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The Truth About Sex

Fact: You Need a Model for Your Sexuality as a Man

So, what is your model for male sexuality? Who is your role model for a sexually healthy man? How can you think positively about the multiple dimensions of your masculinity? How can you create your standard for healthy sexuality? Your model defines what—for you—is sexual health. It includes your assumptions about what is good sex and what causes sexual problems. This framework determines your understanding of the nature and purposes of sex, your attitude toward your body and your partner’s body, your feelings, the value of fantasies, sexual growth and maturity, your expectations about sex, your relationship expectations, what a sexual dysfunction is, your attitudes toward friendships with men and women, your philosophy of life, the relationship between spirituality and sex, and your definition of sexual satisfaction.

Your sexual model will have a valence; sex is either fundamentally positive or negative—sex is good or sex is bad. Your model needs to focus on you as an individual and on your sexual relationship. Focus your model on accurate knowledge, feelings (satisfaction), and behavior (sexual function). You want to avoid being simplistic or one-dimensional. Ensure that your model of sexuality is inclusive, multidimensional, and well integrated with your body and mind. As much as we all wish important things in life could be simple, the fact is that life is complex, and so is sexuality. Canadian health care mall pharmacy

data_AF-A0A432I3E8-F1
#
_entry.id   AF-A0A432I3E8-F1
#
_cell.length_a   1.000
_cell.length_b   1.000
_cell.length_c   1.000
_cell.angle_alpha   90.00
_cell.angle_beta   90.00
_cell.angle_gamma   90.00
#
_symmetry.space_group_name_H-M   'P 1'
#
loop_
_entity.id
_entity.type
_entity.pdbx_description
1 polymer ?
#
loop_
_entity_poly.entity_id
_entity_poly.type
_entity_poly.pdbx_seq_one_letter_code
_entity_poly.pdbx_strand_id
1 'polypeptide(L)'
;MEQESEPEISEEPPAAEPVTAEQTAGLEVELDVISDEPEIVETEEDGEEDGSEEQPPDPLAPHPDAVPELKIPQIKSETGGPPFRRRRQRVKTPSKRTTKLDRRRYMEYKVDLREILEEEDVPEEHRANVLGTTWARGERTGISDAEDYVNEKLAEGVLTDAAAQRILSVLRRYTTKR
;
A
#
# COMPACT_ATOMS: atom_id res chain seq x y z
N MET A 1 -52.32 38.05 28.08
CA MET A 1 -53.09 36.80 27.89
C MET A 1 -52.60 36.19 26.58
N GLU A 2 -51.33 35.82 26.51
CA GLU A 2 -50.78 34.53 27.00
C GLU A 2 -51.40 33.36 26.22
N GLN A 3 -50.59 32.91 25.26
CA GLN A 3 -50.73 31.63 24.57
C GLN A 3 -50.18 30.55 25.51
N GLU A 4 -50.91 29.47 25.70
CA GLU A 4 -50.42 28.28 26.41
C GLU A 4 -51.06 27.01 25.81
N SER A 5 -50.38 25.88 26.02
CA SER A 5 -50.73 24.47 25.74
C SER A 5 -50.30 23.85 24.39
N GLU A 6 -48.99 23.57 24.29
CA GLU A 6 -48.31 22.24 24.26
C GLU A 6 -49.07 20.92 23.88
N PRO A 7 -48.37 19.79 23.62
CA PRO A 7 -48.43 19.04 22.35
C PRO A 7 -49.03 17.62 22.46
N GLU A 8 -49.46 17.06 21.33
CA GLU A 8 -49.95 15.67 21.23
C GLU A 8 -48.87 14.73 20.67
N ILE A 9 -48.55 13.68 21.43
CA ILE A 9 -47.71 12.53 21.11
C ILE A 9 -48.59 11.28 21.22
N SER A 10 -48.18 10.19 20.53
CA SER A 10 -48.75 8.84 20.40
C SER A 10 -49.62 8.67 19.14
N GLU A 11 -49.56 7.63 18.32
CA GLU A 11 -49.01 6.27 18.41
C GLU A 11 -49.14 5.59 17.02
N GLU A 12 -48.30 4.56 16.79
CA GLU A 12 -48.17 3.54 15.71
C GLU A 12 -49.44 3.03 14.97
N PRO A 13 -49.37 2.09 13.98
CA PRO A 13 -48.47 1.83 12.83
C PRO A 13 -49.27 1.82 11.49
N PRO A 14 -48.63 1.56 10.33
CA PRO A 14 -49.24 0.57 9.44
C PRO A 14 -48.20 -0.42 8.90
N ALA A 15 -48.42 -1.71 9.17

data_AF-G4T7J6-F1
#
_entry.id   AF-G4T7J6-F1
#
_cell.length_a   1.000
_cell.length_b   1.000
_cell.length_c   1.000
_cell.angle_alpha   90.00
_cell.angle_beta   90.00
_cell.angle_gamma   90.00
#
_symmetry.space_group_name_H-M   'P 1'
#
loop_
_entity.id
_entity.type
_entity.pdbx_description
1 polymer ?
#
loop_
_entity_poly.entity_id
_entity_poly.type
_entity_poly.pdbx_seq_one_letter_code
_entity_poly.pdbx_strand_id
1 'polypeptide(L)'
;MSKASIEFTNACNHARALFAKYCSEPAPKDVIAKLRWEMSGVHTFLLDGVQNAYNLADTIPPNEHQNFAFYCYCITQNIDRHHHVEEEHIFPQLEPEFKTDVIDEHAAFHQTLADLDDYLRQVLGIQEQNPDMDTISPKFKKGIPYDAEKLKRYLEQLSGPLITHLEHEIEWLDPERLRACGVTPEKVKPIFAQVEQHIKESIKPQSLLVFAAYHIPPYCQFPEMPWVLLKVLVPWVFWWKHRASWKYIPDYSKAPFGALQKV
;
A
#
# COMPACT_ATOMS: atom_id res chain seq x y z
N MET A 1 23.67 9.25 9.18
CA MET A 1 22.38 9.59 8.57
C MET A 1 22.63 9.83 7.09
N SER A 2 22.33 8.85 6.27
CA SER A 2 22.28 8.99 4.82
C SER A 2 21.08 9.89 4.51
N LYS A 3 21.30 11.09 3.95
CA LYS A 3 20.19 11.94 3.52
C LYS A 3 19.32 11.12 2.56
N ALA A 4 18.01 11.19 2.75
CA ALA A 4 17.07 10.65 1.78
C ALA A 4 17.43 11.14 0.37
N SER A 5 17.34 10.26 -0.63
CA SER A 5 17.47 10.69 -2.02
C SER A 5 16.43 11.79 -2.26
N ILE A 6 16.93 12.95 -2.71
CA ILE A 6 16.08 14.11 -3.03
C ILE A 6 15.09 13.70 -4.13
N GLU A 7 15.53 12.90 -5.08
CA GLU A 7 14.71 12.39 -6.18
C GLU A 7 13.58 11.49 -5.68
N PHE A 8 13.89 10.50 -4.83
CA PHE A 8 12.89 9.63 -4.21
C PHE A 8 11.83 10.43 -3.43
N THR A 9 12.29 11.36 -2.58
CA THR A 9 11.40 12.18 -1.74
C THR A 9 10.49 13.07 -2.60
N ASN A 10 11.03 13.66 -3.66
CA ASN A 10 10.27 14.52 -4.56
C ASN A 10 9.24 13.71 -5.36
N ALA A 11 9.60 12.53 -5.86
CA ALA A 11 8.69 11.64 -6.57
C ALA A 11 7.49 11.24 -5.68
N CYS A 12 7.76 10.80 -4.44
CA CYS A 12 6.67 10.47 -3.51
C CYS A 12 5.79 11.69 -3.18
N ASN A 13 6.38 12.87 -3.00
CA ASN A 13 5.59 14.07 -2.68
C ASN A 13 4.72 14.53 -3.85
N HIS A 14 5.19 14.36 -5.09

Exercise: Creating Your Model of Male Sexual Health

Consider the following questions about your thoughts, beliefs, and values about male sexuality:

  • Do you think that you can be in poor physical condition and still have a good quality sex life?
  • How do you understand your body to be “programmed”? What is it sexually designed to do?
  • For you, what are the most important purposes for sex?
  • If you feel that you are ugly or have a small penis, can you find sexual satisfaction?
  • What do you think is the relationship between your physical and sexual health?
  • Could you be happy as a celibate man? What are your specific sexual needs?
  • What is the interaction between your sexual thoughts, feelings, and actions?
  • Do you think sex is the one area of your life where you should be free and not need to regulate feelings or behavior?
  • Is your sexuality your own, or is sex meant to be shared with a loving partner?
  • Do you believe that sex is serious or playful?
  • Where does your sex drive come from? Body? Emotions? Relationship? Do you think playfulness during sex is valuable for your relationship? Can you sexually disappoint your partner and still have satisfying sex and feel good about yourself?
  • How important is a good sex life to an intimate, long-term relationship?
  • Do you think sex should rely more on physical desire than emotional closeness?
  • How much do you value intimacy? How much eroticism? Can these be integrated into your relationship? Viagra online Canadian pharmacy

Reflection: There are no simple responses, no correct or incorrect responses to these considerations. Ask yourself:

  • What thoughts stand out as you reflect on these questions?
  • What do you learn about yourself?
  • Your values?
  • Your model of male sexual health?

POSTED ON June 19, 2014,